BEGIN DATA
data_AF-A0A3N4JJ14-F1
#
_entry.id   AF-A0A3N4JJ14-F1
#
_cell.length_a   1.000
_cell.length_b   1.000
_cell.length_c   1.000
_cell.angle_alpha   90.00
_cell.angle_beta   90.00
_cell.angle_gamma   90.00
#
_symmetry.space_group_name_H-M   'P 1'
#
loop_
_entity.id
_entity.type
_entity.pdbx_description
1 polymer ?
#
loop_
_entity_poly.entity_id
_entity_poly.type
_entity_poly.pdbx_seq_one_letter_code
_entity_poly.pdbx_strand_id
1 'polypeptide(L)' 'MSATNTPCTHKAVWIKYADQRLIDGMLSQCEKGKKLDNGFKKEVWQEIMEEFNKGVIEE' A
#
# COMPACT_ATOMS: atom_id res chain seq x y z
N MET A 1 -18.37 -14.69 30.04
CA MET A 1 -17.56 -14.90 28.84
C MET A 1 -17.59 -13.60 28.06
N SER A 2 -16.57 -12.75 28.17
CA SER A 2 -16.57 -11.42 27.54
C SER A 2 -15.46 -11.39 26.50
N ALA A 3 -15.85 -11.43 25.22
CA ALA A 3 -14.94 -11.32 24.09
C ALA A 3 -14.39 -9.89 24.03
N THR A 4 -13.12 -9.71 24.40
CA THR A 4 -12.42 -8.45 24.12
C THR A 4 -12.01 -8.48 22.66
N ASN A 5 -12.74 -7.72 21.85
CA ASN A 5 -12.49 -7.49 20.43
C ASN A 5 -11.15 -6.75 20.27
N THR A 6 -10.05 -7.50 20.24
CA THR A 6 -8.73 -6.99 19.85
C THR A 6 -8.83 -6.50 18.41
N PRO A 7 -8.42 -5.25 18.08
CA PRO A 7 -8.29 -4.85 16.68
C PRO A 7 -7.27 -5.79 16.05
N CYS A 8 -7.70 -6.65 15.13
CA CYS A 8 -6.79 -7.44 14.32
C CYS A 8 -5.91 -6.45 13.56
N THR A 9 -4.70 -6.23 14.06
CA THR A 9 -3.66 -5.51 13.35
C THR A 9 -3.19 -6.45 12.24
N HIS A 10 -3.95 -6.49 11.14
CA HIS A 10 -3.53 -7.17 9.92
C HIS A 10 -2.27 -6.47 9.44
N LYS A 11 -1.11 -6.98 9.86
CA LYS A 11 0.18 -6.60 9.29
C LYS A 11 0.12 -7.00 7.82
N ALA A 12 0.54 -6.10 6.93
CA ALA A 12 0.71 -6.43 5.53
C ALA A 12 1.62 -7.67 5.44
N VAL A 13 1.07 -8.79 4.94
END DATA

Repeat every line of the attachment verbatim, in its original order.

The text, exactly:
data_AF-A0A3N4JJ14-F1
#
_entry.id   AF-A0A3N4JJ14-F1
#
_cell.length_a   1.000
_cell.length_b   1.000
_cell.length_c   1.000
_cell.angle_alpha   90.00
_cell.angle_beta   90.00
_cell.angle_gamma   90.00
#
_symmetry.space_group_name_H-M   'P 1'
#
loop_
_entity.id
_entity.type
_entity.pdbx_description
1 polymer ?
#
loop_
_entity_poly.entity_id
_entity_poly.type
_entity_poly.pdbx_seq_one_letter_code
_entity_poly.pdbx_strand_id
1 'polypeptide(L)' 'MSATNTPCTHKAVWIKYADQRLIDGMLSQCEKGKKLDNGFKKEVWQEIMEEFNKGVIEE' A
#
# COMPACT_ATOMS: atom_id res chain seq x y z
N MET A 1 -18.37 -14.69 30.04
CA MET A 1 -17.56 -14.90 28.84
C MET A 1 -17.59 -13.60 28.06
N SER A 2 -16.57 -12.75 28.17
CA SER A 2 -16.57 -11.42 27.54
C SER A 2 -15.46 -11.39 26.50
N ALA A 3 -15.85 -11.43 25.22
CA ALA A 3 -14.94 -11.32 24.09
C ALA A 3 -14.39 -9.89 24.03
N THR A 4 -13.12 -9.71 24.40
CA THR A 4 -12.42 -8.45 24.12
C THR A 4 -12.01 -8.48 22.66
N ASN A 5 -12.74 -7.72 21.85
CA ASN A 5 -12.49 -7.49 20.43
C ASN A 5 -11.15 -6.75 20.27
N THR A 6 -10.05 -7.50 20.24
CA THR A 6 -8.73 -6.99 19.85
C THR A 6 -8.83 -6.50 18.41
N PRO A 7 -8.42 -5.25 18.08
CA PRO A 7 -8.29 -4.85 16.68
C PRO A 7 -7.27 -5.79 16.05
N CYS A 8 -7.70 -6.65 15.13
CA CYS A 8 -6.79 -7.44 14.32
C CYS A 8 -5.91 -6.45 13.56
N THR A 9 -4.70 -6.23 14.06
CA THR A 9 -3.66 -5.51 13.35
C THR A 9 -3.19 -6.45 12.24
N HIS A 10 -3.95 -6.49 11.14
CA HIS A 10 -3.53 -7.17 9.92
C HIS A 10 -2.27 -6.47 9.44
N LYS A 11 -1.11 -6.98 9.86
CA LYS A 11 0.18 -6.60 9.29
C LYS A 11 0.12 -7.00 7.82
N ALA A 12 0.54 -6.10 6.93
CA ALA A 12 0.71 -6.43 5.53
C ALA A 12 1.62 -7.67 5.44
N VAL A 13 1.07 -8.79 4.94